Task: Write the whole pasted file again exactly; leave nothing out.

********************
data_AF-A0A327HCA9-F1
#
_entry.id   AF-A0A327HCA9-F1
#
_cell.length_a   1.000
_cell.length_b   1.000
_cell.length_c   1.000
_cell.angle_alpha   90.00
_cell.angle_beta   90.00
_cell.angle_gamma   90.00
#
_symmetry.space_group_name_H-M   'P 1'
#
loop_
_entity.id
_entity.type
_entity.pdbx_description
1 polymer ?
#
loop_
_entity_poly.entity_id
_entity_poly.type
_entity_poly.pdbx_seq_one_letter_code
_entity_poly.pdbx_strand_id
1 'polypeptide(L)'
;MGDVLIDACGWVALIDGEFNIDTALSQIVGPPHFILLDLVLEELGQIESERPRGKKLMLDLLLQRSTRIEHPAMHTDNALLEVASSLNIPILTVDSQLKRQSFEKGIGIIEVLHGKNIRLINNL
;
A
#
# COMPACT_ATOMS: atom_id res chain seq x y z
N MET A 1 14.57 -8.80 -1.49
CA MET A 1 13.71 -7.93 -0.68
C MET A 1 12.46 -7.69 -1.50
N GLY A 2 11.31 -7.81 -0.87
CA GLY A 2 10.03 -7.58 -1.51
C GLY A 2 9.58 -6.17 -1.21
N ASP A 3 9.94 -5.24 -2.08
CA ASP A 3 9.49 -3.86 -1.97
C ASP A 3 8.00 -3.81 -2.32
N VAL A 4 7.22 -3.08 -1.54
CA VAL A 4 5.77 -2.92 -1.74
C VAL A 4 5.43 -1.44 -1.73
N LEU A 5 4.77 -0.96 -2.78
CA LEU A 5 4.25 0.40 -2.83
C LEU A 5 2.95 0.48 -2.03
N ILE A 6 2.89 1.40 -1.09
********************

data_AF-A0A327HCA9-F1
#
_entry.id   AF-A0A327HCA9-F1
#
_cell.length_a   1.000
_cell.length_b   1.000
_cell.length_c   1.000
_cell.angle_alpha   90.00
_cell.angle_beta   90.00
_cell.angle_gamma   90.00
#
_symmetry.space_group_name_H-M   'P 1'
#
loop_
_entity.id
_entity.type
_entity.pdbx_description
1 polymer ?
#
loop_
_entity_poly.entity_id
_entity_poly.type
_entity_poly.pdbx_seq_one_letter_code
_entity_poly.pdbx_strand_id
1 'polypeptide(L)'
;MGDVLIDACGWVALIDGEFNIDTALSQIVGPPHFILLDLVLEELGQIESERPRGKKLMLDLLLQRSTRIEHPAMHTDNALLEVASSLNIPILTVDSQLKRQSFEKGIGIIEVLHGKNIRLINNL
;
A
#
# COMPACT_ATOMS: atom_id res chain seq x y z
N MET A 1 14.57 -8.80 -1.49
CA MET A 1 13.71 -7.93 -0.68
C MET A 1 12.46 -7.69 -1.50
N GLY A 2 11.31 -7.81 -0.87
CA GLY A 2 10.03 -7.58 -1.51
C GLY A 2 9.58 -6.17 -1.21
N ASP A 3 9.94 -5.24 -2.08
CA ASP A 3 9.49 -3.86 -1.97
C ASP A 3 8.00 -3.81 -2.32
N VAL A 4 7.22 -3.08 -1.54
CA VAL A 4 5.77 -2.92 -1.74
C VAL A 4 5.43 -1.44 -1.73
N LEU A 5 4.77 -0.96 -2.78
CA LEU A 5 4.25 0.40 -2.83
C LEU A 5 2.95 0.48 -2.03
N ILE A 6 2.89 1.40 -1.09